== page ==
With the promise of an estimated foreign visitor spending of $76 billion by 2027, Africa’s tourism sector has been described as holding promise for the continent. Last year, foreign visitor spending stood at $40.7 billion, an amount that is expected to grow by 5.3 percent this year to $42.9 billion, before reaching $76.0 billion by 2027 at an annual compound growth rate of 5.9 percent.
But this promise for Africa, could yet be scuttled. And itt is not difficult to see why: terrorism has cast a dark shadow across Africa’s long-awaited economic rise. Against the backdrop of continued downturn in commodity prices, rising insecurity, adverse weather effects and protracted political crises, Africa’s growth has derailed in the travel and tourism sector.
A 2017 Hospitality Report Africa on the African continent, released by Jumia recently, named Nigeria, Kenya, Tunisia, Mali, Burkina Faso, Côte d’Ivoire and Egypt as terrorism’s biggest victims, thereby hampering the continent’s travel and tourism growth. The report says terrorist attacks in these countries have negatively impacted their tourism revenue notably, since 2015.
Edmond Moukala, Director of African Department, UNESCO also admits the fragility of the continent. Moukala said challenges facing many African heritage sites range from armed conflicts to terrorism, among others.
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The continent has not been spared from brutal attacks from Al-shabab in Kenya, extremist group, Boko Haram in Nigeria – famous for its kidnap of 276 school girls in 2014; Mali remains beset by political unrest led by Ansar al-din,; among others.
Instances: In Kenya – that tourism comprises 21% of its national income – Al Shabaab activities have caused income from tourism to decline by 21% in 2014, a decrease that continued into 2015, with the first five months of the year seeing a decline of 25% of visitors.
According to the World Investment Report (WIR) 2013, Foreign Direct Investment flows into Nigeria, dropped by 21.3 percent in just one year — from $8.9 billion in 2011 to $7 billion in 2012 as a result of Boko Haram attacks.
Tourism contributed to Africa’s GDP by 7.8% (USD 165.6 billion) in 2016, and it is expected to rise to 7.9% of GDP to USD 170.5billionn 2017. This contribution is predicted to grow by 4.6% per annum to reach USD 268.2billion by 2027.
In 2016, domestic travel spending generated 63.7% of Africa’s tourism GDP, and is expected to rise by 2.8% in 2017 to USD 73 billion, and then by 3.6% pa to USD 104 billion in 2027.
Foreign visitor spending, on the other hand, stood at 36.3% in 2016 (USD 40.7 billion), and is expected to grow by 5.3% in 2017 to USD 42.9 billion, and then by 5.9% pa to USD 76.0 billion in 2027.
The continent also accounts for 68.6% of Leisure spending; and 31.4% of Business spending.
Meanwhile, the Hospitality Report Africa 2017 has predicted that the continent will attract 64 million international arrivals before the end of 2017 as compared to 58 million in 2016 – an 8% growth year-on-year. Still, it is not clear how the affected countries will benefit from these figures if the terrorist attacks are not curtailed.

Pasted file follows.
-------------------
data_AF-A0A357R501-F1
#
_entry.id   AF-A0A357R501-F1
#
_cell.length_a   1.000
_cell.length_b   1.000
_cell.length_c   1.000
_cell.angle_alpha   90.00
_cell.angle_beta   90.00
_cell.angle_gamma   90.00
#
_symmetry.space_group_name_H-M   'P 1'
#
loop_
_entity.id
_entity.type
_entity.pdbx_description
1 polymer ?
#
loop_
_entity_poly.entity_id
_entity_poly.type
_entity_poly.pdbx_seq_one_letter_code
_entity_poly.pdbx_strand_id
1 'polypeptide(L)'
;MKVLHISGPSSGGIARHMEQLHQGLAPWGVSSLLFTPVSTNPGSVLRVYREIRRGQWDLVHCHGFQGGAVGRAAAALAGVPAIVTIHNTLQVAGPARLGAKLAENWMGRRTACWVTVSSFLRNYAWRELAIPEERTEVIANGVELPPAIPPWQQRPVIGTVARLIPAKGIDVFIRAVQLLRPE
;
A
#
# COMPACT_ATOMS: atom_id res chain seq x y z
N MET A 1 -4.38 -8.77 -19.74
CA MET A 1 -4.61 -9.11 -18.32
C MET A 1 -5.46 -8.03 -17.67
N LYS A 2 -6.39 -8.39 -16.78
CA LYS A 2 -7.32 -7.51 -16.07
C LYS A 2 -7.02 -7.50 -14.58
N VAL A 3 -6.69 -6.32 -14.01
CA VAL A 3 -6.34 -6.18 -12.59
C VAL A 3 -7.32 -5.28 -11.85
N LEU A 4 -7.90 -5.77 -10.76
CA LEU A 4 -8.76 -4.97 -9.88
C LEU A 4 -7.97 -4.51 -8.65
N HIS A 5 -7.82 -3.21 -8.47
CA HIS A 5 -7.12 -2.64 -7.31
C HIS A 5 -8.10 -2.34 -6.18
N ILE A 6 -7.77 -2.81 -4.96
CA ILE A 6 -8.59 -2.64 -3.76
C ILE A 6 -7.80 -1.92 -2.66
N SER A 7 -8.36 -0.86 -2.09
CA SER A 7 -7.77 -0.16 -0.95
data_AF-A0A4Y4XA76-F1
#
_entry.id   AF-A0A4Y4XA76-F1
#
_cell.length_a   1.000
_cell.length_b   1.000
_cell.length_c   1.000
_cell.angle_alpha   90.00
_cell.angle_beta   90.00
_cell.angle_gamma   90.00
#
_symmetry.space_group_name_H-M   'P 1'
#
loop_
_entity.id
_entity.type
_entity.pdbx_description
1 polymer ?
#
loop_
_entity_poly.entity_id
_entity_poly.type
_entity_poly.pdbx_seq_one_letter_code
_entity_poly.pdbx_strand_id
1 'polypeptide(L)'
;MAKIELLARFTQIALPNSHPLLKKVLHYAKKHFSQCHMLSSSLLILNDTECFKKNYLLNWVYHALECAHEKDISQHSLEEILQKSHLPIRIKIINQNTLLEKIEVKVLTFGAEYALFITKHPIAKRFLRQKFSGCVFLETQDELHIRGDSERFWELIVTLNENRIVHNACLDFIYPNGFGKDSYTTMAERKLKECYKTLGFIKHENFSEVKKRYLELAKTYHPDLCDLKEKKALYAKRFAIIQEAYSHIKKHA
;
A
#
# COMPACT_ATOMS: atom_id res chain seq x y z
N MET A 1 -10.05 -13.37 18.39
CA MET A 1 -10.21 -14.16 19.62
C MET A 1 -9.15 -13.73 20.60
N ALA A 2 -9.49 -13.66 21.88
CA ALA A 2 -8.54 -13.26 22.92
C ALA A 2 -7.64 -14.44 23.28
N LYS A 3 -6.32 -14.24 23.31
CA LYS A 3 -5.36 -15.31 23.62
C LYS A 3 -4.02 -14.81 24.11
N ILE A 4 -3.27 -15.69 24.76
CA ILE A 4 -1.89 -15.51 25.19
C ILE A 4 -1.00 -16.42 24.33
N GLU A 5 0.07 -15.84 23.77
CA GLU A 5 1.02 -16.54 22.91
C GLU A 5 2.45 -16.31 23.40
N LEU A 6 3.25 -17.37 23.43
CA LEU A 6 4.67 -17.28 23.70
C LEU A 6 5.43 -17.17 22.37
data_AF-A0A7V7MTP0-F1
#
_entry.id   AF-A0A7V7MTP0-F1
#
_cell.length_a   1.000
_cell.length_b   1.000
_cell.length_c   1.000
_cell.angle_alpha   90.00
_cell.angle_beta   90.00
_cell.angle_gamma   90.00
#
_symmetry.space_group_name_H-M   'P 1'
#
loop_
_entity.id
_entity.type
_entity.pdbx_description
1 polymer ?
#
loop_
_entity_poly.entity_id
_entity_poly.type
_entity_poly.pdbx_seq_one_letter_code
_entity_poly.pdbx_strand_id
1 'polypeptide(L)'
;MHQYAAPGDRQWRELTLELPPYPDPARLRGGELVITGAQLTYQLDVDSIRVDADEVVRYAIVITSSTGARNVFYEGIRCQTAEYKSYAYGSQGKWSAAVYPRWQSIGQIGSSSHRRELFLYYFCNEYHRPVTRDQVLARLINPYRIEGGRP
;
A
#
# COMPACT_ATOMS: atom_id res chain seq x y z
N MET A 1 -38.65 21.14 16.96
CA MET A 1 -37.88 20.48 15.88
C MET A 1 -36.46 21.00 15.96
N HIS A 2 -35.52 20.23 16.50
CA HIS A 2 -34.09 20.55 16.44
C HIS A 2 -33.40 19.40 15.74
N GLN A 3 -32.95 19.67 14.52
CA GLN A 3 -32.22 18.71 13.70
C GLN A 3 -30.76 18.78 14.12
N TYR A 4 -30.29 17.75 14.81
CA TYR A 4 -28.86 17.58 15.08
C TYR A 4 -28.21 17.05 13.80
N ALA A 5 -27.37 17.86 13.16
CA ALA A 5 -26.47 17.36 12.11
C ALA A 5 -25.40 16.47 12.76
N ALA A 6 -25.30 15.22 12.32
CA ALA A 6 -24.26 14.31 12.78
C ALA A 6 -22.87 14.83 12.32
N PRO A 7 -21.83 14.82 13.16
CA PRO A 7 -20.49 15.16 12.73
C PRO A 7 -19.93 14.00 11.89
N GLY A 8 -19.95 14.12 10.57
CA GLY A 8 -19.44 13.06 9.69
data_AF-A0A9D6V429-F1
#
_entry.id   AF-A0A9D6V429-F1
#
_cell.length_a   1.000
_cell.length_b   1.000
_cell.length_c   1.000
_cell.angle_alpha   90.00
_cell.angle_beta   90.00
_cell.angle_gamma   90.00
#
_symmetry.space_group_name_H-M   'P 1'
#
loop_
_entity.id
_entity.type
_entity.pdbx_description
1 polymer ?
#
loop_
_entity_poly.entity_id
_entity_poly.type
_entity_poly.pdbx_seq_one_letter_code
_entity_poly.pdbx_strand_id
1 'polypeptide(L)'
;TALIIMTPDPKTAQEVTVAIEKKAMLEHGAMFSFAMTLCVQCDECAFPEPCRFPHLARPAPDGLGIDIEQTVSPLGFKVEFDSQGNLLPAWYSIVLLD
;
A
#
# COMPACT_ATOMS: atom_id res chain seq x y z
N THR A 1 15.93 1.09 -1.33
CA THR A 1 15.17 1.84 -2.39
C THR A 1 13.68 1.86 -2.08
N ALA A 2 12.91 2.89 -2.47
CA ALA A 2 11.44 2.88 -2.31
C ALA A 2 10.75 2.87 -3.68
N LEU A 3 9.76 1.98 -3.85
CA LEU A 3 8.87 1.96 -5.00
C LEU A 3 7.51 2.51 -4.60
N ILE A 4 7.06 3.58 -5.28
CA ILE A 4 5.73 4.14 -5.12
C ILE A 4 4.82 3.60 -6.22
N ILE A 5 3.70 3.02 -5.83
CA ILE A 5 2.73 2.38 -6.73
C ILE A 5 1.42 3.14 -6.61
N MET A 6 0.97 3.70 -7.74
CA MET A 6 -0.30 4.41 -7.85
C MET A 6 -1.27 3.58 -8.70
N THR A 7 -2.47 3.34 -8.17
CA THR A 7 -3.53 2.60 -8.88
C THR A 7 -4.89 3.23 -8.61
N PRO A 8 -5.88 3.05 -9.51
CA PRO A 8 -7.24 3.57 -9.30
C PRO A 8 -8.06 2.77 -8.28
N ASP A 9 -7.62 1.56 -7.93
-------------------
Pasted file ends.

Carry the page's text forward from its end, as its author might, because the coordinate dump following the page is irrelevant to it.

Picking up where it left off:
Though the number of international tourist arrivals in Africa is expected to attract 64 million in 2017, and grow to 110 million by 2027, having 58 million arrivals in 2016, but the major issues that the continent contends with in terms of travel are: cost, visa restriction, travel booking and flight connection, according to an African survey conducted in 2016.
However, the adoption of visa liberalization policies could increase Africa’s tourism by 5 to 25%. A common visa policy – that includes visa-on-arrival for all African citizens, and the goal of having a single African continental passport by 2020 – recently launched by the African Union, is expected to bolster tourism in the African region.
Promise for the future
The continent, despite terrorism challenge, holds a lot of promise in the tourism and hospitality sector and it is poised to be the leading contributor to the continent’s total GDP.
Tewolde Gebremariam, CEO, Ethiopian Airlines retorts that, “it’s a very exciting time for African aviation industry”.
“Though contributing little to the global aviation industry with only 3% as compared to all global traffic, nevertheless, the growth is very encouraging. With more investment coming to the continent from China and India, which is expected to drive the continent’s development; air traffic in Africa is also expected to grow,” he said.
The continent is becoming popular globally with more African destinations. The hotel industry infrastructure development has also grown tremendously, with more chain hotels (365 pipelines in 2016) coming to Africa and bringing encouraging results on the continental hospitality industry and spread across the world.
Internet and mobile penetrations have also improved significantly in the continent. In 2016, internet penetration stood at 27% with more than 300 million users (approximately 345 million internet users) while mobile penetration stood at 50% with 557 million users, and smartphone users accounted for 28% of the users.
Mobile technologies and services that generated 6.7% of GDP in Africa in 2015 (around USD 150 billion of economic value), is expected increase to more than USD 210 billion (7.6% of GDP) by 2020.
And despite the continent’s low contribution to world’s air traffic at 3%, International Air Transport Association (IATA), has predicted a 4.8% increase in number of passengers in the next 5 years starting in 2017. The feasibility of this is made firm due to the increase in international flights to the continent.
Story written by Oluwafemi Ogunjobi
Frontpage February 20, 2020